I can only hope when I get to the end of my life, Jesus won't ask me, "Why didn't you fight more for what was right?" That's the nagging fear, you know. That there will be something I could have done something about, and I failed to do it.

But overall, I think I've done a lot of what is my share to right what I see wrong in the world...
and in many cases, little that I say or do is going to affect the world in the end anyway.
Sad, but true.
But it should also be liberating, and it's that liberty I'm trying to seek.

As Uncle Bobby used to say about certain troubles, "It's easier to STAY out than to try to GET out later."
For most fights that, in the end, I get abused for taking a stand on...that's wisdom worth remembering.
There's voluntary martyrdom, and then there's just being a pain in the ass.
Sometimes they're one and the same.
I don't want to be either.

So I'm going to try to remember that wisdom, and much as my "contrarian" nature and conscience will allow me to do.
There are only so many hours in the day, and I've got stories to write.


Friday, August 03, 2012

Progress Report, Part Deux

When we last left our heroine, she had made a resolution to stop taking her writing "so damn seriously" and get back to where it was fun again.

What this translated to, of course, was Making Money With My Writing--or, Writing For Pay, versus Writing For Love.

Do not kid yourself. There are times when they ARE the same thing...but not nearly as often as some people would lead you to believe.
UNLESS you are not a novelist by trade and inclination.
If you love nonfiction, as in reportage, true crime, biographies, can write for money and love and the two merge all the time.

But if you do not love nonfiction--and I do NOT--they are almost NEVER the same unless you are among the rarefied people who hit a fabulous harmonic convergence in which an editor wants precisely what you've submitted, precisely when you submitted it, falls in love with it, and--it sells.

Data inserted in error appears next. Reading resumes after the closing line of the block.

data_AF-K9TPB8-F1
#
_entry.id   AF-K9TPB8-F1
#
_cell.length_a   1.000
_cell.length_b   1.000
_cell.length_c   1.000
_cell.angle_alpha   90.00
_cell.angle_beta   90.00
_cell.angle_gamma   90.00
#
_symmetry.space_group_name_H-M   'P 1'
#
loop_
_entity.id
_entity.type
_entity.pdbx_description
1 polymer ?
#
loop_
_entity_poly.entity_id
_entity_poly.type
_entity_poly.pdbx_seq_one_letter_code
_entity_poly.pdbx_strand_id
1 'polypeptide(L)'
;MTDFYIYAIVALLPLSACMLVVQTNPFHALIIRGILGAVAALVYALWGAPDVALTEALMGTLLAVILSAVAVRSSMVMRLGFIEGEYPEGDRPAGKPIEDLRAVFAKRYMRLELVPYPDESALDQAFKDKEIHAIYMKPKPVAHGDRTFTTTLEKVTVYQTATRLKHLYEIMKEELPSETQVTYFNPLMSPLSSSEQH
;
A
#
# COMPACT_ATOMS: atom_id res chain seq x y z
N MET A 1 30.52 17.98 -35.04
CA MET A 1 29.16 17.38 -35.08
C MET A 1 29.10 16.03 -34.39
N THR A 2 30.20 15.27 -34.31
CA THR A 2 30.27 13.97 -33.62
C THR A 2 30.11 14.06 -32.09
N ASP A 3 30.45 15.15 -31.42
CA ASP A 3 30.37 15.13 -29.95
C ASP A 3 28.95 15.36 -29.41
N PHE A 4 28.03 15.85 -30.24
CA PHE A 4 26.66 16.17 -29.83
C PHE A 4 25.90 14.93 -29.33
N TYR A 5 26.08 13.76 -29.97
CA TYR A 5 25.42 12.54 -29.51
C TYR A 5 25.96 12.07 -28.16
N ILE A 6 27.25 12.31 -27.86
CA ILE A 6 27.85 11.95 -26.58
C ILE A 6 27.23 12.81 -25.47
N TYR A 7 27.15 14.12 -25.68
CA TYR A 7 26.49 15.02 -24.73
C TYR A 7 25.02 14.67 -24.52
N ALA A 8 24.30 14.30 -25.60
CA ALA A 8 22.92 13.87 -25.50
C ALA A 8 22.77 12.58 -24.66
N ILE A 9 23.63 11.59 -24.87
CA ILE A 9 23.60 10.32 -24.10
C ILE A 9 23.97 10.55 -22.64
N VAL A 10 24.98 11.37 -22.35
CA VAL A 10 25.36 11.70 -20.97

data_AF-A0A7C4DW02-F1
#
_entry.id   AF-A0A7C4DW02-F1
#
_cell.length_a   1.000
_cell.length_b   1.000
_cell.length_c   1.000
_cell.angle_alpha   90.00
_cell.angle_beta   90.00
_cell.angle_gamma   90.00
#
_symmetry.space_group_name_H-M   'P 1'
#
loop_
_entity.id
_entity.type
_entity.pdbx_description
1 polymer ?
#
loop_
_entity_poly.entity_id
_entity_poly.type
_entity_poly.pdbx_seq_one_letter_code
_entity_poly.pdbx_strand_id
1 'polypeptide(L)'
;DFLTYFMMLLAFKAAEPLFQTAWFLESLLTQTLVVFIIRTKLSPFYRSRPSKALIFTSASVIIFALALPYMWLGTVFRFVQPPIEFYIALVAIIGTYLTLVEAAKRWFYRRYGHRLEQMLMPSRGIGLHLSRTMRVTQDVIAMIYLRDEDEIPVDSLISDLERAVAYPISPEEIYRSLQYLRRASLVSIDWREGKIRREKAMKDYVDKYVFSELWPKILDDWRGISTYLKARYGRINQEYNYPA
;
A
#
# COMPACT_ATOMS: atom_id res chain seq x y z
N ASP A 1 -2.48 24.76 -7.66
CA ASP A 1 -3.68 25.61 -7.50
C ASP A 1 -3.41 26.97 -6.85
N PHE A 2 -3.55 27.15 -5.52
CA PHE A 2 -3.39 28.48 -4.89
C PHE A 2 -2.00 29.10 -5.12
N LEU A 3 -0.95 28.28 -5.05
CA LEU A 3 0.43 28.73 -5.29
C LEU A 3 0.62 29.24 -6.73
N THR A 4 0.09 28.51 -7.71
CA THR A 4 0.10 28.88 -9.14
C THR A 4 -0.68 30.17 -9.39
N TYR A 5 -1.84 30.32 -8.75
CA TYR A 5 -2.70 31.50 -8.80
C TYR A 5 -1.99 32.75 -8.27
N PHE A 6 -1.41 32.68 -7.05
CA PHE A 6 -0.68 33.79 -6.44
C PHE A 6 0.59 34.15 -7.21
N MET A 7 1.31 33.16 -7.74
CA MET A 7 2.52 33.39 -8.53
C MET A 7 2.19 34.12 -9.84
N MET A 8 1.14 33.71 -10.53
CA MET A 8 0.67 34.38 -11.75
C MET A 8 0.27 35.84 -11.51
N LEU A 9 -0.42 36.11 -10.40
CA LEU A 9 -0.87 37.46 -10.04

And sells.
And sells.

For all the rest of us, however, it ain't such a charmed existence. And that can turn into a real grind.

However, sometimes life (or God) does for you what you cannot do for yourself.

Just when I had reached a point where, by putting together several steady clients, I was going to bring my freelancing income to the point where it would equal that of of full-time employment, the BIGGEST cash cow of those sources cancelled their contract with me. 
They cited my error rate, which was a joke; a couple of us did some calculations and figured my error rate was probably less than 2% overall (some sources say less than 1%), so I suspect there were other monetary reasons for their pullout.

First, I was stunned, and more than a little hacked off.
Then, I said, "Oh-oh. Now I have to get another cash cow."

Until I stopped myself and realized that was precisely the problem.

Don't get me wrong. This particular contract was lucrative. Sometimes I made $100 a day with it.
However, this was also with working, sometimes, well into the night to complete as much work for these people as possible. I did regular stints of being at the keyboard past 10:30 or even 11 PM.